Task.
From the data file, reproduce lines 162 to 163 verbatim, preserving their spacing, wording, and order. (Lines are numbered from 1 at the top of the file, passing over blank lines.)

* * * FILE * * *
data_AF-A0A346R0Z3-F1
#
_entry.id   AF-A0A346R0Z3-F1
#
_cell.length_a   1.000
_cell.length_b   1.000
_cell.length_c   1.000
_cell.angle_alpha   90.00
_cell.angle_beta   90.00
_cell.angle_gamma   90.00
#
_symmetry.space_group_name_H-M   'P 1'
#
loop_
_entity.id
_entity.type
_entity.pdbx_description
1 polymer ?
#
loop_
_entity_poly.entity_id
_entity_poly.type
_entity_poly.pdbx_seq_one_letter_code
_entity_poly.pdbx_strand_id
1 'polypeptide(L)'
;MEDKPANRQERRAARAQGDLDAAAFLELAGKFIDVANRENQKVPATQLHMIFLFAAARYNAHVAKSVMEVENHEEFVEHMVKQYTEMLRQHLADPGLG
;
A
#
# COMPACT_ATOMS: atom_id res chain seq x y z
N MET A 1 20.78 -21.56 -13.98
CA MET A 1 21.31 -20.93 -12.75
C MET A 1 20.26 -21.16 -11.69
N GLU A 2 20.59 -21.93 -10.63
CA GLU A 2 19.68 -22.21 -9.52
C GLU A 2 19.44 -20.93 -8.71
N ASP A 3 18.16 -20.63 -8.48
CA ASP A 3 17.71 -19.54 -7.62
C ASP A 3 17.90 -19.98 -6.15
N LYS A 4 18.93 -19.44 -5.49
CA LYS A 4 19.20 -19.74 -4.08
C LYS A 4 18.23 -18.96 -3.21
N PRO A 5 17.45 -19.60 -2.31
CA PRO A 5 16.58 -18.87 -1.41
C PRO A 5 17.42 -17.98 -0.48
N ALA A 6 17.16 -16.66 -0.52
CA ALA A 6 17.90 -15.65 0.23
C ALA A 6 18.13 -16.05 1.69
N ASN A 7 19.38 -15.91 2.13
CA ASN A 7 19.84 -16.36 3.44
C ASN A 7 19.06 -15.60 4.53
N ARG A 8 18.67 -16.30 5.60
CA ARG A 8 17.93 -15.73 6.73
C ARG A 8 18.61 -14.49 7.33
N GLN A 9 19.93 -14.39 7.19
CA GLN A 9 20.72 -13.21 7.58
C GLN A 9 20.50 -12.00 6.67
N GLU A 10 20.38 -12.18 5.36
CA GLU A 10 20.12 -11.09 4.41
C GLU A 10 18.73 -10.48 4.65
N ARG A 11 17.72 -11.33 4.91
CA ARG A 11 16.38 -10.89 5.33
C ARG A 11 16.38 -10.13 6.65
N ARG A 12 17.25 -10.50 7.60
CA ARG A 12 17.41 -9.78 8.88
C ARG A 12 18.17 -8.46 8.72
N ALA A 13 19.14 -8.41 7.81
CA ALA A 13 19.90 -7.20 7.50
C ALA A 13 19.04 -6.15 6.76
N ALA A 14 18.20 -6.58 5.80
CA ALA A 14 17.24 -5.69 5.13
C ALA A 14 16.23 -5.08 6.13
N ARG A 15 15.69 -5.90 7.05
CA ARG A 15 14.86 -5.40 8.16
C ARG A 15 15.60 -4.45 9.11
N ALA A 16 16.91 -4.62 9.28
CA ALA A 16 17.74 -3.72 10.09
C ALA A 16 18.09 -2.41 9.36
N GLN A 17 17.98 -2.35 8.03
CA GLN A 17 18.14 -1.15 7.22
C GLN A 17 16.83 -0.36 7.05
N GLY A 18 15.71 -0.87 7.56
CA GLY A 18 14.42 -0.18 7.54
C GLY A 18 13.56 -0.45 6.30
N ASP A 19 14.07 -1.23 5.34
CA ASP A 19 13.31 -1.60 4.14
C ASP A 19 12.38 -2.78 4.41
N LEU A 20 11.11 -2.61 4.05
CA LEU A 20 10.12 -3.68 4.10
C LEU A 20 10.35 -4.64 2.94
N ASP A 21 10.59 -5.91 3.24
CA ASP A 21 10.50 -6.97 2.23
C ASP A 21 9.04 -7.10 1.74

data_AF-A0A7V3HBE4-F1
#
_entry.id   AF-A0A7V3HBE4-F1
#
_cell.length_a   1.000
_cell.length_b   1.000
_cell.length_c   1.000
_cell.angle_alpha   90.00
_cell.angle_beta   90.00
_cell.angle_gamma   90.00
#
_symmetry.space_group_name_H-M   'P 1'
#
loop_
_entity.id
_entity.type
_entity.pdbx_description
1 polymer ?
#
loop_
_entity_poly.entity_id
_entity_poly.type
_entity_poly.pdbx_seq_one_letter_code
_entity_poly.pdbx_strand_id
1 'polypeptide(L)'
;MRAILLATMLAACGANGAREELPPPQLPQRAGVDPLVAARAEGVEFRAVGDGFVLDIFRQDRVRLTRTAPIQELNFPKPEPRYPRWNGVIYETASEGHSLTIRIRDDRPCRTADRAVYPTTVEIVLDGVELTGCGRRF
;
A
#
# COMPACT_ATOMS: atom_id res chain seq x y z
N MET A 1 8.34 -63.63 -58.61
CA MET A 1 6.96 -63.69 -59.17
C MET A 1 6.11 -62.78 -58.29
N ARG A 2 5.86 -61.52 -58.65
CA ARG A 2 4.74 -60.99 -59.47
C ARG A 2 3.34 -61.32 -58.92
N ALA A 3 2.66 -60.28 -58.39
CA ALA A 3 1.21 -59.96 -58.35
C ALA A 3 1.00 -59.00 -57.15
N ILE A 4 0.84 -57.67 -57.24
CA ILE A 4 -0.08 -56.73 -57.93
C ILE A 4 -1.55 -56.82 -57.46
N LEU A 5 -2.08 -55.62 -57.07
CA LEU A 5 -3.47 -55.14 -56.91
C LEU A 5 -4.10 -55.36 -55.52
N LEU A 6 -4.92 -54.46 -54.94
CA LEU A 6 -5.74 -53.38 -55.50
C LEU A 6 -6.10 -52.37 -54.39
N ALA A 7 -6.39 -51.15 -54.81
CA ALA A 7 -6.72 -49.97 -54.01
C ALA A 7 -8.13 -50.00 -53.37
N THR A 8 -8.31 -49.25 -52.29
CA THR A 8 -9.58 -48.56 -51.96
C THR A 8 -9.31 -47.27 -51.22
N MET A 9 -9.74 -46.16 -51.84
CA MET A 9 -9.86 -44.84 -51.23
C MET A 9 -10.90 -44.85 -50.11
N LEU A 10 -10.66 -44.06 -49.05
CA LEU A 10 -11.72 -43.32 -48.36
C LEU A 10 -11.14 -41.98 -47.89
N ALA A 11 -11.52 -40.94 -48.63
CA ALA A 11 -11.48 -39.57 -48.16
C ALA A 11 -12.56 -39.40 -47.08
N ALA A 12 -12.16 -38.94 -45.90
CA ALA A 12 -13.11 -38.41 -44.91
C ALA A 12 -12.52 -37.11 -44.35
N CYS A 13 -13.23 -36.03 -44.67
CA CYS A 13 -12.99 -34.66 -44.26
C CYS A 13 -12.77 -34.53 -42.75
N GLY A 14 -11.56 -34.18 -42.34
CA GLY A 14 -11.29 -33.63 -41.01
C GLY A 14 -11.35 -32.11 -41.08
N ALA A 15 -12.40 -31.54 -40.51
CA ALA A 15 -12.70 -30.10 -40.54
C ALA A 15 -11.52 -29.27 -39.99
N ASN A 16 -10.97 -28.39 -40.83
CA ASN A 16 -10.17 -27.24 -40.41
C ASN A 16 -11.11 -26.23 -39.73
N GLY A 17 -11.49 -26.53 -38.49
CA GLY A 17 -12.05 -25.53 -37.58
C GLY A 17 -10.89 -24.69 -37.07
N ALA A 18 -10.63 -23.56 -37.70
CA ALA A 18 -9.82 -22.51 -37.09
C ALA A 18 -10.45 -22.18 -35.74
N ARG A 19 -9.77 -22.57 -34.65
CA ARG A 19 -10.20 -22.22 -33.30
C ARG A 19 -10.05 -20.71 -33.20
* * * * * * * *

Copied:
C CYS A 13 -12.77 -34.53 -42.75
N GLY A 14 -11.56 -34.18 -42.34